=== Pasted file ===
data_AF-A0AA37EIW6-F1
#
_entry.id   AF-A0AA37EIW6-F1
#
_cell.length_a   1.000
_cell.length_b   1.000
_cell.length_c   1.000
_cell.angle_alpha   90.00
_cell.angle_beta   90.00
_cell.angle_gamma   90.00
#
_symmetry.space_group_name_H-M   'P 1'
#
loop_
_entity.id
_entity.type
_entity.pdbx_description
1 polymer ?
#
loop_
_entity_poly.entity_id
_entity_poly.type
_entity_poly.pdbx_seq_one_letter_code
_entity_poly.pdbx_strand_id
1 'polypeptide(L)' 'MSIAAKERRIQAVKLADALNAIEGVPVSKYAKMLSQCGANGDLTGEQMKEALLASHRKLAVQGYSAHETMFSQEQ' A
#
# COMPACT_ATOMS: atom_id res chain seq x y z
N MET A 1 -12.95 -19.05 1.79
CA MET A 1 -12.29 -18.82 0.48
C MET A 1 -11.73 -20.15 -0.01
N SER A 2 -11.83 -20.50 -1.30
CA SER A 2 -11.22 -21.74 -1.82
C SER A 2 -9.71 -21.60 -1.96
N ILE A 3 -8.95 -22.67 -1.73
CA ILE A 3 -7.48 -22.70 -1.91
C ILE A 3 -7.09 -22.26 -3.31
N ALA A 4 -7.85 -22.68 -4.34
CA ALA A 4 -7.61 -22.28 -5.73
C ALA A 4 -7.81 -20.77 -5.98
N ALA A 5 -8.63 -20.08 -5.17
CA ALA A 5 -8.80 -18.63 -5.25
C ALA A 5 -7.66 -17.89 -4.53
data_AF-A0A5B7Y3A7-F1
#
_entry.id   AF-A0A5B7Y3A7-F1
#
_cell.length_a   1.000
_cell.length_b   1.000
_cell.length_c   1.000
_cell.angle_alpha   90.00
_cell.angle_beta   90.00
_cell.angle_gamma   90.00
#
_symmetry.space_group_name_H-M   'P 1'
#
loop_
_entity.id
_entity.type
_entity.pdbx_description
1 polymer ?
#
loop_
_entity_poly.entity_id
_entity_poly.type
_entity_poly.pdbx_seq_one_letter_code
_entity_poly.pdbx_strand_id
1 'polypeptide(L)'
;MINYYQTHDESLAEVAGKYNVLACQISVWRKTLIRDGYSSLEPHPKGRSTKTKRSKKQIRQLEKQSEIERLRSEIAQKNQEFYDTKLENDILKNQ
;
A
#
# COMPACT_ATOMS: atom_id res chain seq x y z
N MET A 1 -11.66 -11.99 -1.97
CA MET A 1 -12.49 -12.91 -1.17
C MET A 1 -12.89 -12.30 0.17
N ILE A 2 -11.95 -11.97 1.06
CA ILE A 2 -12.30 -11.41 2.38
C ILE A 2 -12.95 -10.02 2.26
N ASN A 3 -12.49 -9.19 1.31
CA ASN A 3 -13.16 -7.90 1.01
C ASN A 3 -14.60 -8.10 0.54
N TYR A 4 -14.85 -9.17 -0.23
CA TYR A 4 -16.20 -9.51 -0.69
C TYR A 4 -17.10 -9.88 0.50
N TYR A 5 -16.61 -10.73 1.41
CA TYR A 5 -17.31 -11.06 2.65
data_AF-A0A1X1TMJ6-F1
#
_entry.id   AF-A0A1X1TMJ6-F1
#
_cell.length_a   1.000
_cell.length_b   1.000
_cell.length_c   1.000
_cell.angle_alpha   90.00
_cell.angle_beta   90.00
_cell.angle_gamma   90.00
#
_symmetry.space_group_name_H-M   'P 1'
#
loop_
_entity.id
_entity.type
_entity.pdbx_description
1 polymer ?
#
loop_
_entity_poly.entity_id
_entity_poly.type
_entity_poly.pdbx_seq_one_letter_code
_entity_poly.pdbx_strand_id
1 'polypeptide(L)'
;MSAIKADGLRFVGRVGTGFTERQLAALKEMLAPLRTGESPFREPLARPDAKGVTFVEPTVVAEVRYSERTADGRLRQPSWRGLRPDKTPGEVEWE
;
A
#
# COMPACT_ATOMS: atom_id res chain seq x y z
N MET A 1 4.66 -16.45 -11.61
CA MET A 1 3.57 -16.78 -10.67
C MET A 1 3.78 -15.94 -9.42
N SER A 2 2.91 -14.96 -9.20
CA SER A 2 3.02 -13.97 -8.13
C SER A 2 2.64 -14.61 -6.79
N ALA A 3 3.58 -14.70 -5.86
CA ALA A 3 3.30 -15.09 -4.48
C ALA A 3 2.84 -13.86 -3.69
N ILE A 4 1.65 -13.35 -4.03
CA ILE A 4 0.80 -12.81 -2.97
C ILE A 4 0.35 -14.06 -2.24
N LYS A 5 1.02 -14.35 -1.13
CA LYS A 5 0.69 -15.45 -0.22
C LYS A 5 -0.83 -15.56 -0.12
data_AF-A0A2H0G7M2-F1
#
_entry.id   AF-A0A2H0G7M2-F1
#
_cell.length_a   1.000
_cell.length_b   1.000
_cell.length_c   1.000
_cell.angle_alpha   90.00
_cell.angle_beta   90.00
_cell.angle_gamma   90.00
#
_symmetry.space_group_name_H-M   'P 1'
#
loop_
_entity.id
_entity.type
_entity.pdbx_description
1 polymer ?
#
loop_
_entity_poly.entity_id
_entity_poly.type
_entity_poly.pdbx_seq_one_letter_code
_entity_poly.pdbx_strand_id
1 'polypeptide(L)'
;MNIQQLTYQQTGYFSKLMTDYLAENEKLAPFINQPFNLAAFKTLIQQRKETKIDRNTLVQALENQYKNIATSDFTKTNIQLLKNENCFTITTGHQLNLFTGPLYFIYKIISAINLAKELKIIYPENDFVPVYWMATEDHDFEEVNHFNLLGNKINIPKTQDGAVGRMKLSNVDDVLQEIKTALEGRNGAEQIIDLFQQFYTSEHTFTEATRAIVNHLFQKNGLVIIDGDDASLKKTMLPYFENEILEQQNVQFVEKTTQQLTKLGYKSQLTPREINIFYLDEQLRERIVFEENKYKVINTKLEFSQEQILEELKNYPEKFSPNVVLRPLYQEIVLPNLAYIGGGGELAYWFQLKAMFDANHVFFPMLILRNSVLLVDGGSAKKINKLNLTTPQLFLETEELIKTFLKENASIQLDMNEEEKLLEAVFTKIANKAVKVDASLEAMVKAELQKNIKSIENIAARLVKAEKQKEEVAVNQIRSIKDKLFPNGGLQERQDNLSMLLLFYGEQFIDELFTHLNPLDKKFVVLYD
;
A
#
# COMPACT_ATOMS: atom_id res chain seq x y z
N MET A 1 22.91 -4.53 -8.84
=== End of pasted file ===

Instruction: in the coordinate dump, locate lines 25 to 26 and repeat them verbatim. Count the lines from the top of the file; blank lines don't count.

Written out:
1 'polypeptide(L)' 'MSIAAKERRIQAVKLADALNAIEGVPVSKYAKMLSQCGANGDLTGEQMKEALLASHRKLAVQGYSAHETMFSQEQ' A
#